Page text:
Masiphumelele LibraryBy Aimee-Claire Smith

The Uber picks us up outside the FunDza offices in Muizenberg. My co-worker, Zimkhitha, and I climb into the back seat and begin the half-hour drive to Masiphumelele, a small township somewhere near Fish Hoek. We don’t talk much, preferring to appreciate the passing mountains and sky full of clouds, a well-needed deviation from the usual Monday-afternoon “scenery” of a computer screen.

It’s National Library Week in South Africa, and we’ve been asked to represent FunDza in a talk at Masiphumelele Public Library, incorporating the theme of ‘My Library, Your Library’ with the values and ideas of FunDza and what we do. I’m excited and nervous. I’ve been interning at FunDza for just under two months, and in that time I’ve been working mostly on editing the FunDza Fanz submissions. I love the editing, and feel unbelievably privileged to be involved in nurturing young South African writers, but I’m looking forward to this chance to experience going ‘into the field’.

The first thing that I notice about the library is the brightly-painted walls with murals that proclaim the importance of a love for learning. The words resonate with me, but more than that, the colour gives the library a cheerful atmosphere. Inside, the staff is friendly and delighted to welcome us. We’re served sweet orange juice and biscuits, that give me nostalgic memories of my primary-school days.

We’re here early, and we take the opportunity to scan the library shelves. I’m impressed by the variety of books that they have, noticing several names of authors I myself enjoy reading, or enjoyed growing up. There’s a whole shelf dedicated to FunDza’s Harmony High series and #LoveReading publication. The books calm me down, put me at ease. Books are what I know, what I love. I will enjoy sharing this love with my audience today.

WhatsApp Image 2017-03-30 at 10.21.31 AMWe do our talk in a small hall separate from the main library building. Our audience, about fifteen to twenty high school learners, congregate at tables in groups of four or five. Eleventh and twelfth graders, most of them are not much younger than me.

I stand at the front of the room and look at them, this quiet band of teenagers. None of them need to be here – the talk is non-compulsory. They could be at home, or sleeping, or out with friends… but they are here. That, in itself, speaks volumes. I am struck by the fact that each and every one of them has an individual life with struggles and joys, each and every one of them has hopes and dreams for their future (though they may not realise them yet), each and every one of them has a unique way of seeing and experiencing this world.

After we’ve been introduced, I kick off our talk. I’m sitting on a table at the front of the room, barefoot, swinging my legs. I’d scripted my talk, having always been someone who thinks better on paper than with my mouth, but my script lies unopened on the table beside me. I speak from memory, from my heart, from something deep inside of me, waving my hands, letting my voice rise and fall naturally. I tell about how books and stories brought light to my otherwise troubled childhood, and about how they gave and still give me hope and inspiration for navigating my way through this life.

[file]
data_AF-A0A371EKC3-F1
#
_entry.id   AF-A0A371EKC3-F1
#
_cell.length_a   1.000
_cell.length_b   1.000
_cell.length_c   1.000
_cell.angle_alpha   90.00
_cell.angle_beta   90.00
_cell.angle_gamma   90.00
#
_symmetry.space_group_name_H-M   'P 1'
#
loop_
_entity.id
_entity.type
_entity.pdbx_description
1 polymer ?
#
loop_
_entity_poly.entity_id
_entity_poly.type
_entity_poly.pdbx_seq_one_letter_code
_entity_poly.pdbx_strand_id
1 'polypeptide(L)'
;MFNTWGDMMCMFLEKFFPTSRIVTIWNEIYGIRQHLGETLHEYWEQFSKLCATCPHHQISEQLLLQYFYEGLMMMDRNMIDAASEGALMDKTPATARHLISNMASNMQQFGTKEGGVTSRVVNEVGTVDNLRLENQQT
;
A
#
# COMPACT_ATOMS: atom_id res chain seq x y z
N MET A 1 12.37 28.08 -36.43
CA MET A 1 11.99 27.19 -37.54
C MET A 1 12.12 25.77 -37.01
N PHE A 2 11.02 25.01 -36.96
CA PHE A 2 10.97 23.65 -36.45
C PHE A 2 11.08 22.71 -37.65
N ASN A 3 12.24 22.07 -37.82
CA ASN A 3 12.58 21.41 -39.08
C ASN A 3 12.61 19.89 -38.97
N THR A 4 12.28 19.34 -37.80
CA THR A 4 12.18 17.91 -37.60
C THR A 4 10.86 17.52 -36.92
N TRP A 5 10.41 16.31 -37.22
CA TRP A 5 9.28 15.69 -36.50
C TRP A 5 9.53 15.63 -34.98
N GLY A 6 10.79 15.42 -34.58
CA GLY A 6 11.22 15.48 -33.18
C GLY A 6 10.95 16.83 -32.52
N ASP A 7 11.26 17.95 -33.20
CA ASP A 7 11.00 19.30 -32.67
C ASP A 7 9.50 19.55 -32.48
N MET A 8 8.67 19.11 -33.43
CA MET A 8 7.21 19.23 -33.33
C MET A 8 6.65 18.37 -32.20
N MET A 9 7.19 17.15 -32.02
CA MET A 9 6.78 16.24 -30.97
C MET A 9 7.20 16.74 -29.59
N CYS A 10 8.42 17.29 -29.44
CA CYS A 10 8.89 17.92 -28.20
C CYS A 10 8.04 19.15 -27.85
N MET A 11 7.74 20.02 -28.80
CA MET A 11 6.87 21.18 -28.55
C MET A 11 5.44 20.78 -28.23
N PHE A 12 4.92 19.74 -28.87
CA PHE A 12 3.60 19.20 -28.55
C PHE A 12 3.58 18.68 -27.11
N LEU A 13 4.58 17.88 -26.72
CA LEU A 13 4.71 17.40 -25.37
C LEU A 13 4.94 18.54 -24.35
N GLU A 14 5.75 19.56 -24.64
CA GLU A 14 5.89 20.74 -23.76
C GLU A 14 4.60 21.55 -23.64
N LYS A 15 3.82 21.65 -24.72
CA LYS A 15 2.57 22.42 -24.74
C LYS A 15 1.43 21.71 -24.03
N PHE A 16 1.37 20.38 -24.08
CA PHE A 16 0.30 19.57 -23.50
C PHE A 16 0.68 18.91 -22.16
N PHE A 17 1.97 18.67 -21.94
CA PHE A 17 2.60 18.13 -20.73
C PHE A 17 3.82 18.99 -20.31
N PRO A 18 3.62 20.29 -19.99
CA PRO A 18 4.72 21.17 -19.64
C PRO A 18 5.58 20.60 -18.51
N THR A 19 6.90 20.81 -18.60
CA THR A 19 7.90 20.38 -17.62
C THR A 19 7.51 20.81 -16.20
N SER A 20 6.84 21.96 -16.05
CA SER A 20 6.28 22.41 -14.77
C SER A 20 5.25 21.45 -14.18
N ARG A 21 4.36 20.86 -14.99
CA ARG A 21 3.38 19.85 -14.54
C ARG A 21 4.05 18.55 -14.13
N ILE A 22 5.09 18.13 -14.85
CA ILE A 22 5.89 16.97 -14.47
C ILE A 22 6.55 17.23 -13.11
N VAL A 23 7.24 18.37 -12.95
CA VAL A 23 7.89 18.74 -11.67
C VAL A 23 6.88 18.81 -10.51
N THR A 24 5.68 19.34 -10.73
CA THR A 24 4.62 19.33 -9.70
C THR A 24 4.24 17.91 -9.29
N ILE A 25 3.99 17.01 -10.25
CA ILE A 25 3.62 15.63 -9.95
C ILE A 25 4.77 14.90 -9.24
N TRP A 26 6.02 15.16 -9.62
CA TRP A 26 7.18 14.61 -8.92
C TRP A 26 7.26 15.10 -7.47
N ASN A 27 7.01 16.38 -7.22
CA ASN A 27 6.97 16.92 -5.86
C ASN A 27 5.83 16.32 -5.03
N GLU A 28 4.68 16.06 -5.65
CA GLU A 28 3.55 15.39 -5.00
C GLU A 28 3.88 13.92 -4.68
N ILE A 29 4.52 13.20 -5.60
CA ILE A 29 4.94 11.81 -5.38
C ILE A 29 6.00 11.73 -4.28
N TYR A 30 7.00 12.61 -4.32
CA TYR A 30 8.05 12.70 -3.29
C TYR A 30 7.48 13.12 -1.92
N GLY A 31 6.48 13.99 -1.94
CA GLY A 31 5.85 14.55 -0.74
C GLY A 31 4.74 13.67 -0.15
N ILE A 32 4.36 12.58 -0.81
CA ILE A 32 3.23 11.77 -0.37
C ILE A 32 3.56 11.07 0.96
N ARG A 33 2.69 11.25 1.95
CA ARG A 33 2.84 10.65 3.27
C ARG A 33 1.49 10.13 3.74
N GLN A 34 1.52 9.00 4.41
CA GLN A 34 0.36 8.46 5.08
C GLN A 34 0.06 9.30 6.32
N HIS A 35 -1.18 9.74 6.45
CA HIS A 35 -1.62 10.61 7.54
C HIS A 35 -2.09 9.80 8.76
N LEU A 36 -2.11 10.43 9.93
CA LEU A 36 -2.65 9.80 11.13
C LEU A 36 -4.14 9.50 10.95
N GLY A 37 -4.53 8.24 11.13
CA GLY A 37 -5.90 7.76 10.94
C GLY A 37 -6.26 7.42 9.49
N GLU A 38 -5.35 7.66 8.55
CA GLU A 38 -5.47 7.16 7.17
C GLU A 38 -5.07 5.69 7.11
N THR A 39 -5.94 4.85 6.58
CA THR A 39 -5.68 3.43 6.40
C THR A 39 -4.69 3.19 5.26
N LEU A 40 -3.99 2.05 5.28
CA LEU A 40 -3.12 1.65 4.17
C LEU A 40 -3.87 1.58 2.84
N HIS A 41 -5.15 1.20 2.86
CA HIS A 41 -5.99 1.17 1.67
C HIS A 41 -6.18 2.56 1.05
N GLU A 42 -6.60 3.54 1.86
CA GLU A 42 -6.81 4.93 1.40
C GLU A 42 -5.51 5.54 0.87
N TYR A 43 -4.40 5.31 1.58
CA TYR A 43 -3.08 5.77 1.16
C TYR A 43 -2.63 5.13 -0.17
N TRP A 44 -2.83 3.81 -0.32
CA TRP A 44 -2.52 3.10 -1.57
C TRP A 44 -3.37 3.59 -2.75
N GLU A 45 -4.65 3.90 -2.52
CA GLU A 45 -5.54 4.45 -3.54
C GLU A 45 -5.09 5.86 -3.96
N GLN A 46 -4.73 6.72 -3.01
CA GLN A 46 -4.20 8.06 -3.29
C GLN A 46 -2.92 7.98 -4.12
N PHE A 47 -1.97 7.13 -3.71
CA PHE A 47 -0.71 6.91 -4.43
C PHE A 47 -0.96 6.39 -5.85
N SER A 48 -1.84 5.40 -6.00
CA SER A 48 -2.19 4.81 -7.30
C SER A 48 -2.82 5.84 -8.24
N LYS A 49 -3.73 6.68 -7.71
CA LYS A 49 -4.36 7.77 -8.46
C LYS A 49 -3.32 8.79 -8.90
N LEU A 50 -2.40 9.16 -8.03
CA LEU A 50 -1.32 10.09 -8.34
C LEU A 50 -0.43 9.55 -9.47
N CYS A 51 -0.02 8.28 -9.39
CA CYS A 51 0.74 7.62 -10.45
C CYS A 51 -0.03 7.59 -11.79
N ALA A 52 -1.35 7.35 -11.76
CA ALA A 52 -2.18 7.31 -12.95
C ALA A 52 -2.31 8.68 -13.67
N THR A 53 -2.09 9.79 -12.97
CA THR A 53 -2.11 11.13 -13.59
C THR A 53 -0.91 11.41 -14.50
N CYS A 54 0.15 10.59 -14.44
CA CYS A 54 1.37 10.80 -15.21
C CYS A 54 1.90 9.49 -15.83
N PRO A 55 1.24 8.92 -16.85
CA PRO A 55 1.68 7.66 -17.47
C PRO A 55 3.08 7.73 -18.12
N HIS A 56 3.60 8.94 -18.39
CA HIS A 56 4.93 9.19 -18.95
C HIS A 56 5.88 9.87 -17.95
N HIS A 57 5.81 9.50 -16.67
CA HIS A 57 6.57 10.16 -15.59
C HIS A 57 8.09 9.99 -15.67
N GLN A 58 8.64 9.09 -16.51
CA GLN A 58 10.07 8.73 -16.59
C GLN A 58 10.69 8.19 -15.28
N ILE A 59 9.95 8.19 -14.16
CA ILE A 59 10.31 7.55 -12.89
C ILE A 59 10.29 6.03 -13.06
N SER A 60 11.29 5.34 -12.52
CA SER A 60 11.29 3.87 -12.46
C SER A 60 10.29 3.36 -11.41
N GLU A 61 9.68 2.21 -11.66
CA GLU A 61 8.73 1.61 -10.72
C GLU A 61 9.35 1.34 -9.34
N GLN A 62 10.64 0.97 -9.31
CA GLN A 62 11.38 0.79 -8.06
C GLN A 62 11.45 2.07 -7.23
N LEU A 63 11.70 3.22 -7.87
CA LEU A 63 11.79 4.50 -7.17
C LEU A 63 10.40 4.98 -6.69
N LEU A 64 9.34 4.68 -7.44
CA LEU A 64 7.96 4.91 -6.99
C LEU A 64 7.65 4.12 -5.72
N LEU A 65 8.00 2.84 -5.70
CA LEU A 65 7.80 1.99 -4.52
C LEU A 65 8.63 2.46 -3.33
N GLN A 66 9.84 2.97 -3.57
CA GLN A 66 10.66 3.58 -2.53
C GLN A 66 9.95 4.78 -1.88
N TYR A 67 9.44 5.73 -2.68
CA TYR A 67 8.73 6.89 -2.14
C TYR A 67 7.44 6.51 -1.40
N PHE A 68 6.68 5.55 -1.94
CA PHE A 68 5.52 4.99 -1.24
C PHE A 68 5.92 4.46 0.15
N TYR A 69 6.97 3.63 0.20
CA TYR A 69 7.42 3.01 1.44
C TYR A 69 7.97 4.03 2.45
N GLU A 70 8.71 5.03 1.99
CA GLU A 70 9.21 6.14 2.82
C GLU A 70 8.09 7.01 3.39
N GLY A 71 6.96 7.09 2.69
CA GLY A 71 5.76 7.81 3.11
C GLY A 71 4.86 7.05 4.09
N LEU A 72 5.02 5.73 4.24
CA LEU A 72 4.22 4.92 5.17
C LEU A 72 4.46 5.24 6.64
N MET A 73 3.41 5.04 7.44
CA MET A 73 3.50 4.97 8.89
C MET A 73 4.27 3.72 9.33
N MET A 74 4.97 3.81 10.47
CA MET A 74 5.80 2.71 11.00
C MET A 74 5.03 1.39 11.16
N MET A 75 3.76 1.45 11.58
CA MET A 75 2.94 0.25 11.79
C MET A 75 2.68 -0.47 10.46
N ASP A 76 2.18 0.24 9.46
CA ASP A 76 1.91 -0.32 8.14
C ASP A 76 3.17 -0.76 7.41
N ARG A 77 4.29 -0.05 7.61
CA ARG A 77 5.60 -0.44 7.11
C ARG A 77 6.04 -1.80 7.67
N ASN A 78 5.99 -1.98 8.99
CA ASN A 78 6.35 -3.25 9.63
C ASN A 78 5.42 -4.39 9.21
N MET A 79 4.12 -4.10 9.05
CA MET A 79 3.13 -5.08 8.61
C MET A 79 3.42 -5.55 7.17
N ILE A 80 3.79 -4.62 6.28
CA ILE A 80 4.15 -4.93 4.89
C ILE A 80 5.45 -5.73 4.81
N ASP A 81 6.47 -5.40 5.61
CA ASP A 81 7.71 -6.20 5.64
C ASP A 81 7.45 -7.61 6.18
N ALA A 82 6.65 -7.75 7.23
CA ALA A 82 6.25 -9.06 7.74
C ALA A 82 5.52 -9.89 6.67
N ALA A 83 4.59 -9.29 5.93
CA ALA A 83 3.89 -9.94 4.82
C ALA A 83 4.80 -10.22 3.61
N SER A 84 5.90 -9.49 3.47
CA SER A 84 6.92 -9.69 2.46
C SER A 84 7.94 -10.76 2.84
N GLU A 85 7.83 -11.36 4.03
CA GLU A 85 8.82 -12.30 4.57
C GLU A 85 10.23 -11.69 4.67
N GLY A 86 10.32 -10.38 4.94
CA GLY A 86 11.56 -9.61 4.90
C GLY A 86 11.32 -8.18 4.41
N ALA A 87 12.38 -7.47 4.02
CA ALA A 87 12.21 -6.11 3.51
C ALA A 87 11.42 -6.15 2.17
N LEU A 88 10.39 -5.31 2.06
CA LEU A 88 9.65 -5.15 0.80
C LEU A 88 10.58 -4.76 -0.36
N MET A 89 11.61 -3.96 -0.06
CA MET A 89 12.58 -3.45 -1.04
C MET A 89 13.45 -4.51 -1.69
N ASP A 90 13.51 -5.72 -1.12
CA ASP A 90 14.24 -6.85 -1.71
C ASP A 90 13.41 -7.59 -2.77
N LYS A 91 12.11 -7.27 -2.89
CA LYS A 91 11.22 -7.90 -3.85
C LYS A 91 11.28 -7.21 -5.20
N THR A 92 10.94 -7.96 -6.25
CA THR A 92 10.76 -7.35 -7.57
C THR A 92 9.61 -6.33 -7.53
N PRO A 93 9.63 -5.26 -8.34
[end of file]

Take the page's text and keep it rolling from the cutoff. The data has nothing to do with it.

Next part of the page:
When I finish, Zimkhitha tells her story – about a lonely childhood, and how she turned to books for companionship and entertainment. Though she and I lived different childhoods, in different times and different cities, both of us found something magical in books, and we’re telling our stories today in the hopes that they’ll inspire our audience to turn to books for some of that special magic of their own.

In the silence after her story, Zimkhitha asks, “Who here is a reader?”. The teenagers avert their eyes, scuffle their feet. A teacher near the back of the room raises her hand. Nobody joins her. Zimkhitha in undeterred. : “I am going to turn you all into readers,” she declares with confidence. Her next question – “Why don’t you read?” – prompts a few answers out of our audience. The books are too long. They don’t have time to read. And, most critically, they can’t relate to the characters and stories in most books.

We are not surprised by their answers. These are the most common problems the South African youth of today face when it comes to reading for enjoyment, and they’re exactly what FunDza is all about solving. We exist to give these teenagers – and thousands like them across the country and beyond – access to stories that are fun to read, easy to read, and, most importantly, about things, people, and events they can relate to and care about.

I watch them. They are uncertain, unsure, self-conscious, but as Zimkhitha talks, making these crazy promises about how much they’re going to grow to love reading, I see a light begins to burn in their eyes, of excitement and hunger for what she is offering them. Perhaps, they themselves are not even yet consciously aware of this hunger. It will take work, yes, but each and every one of them will, with time, become a reader, and they will be proud of it. And perhaps one day, they themselves will be inspired to take pen to paper and tell their own stories. I cannot wait to receive their submissions.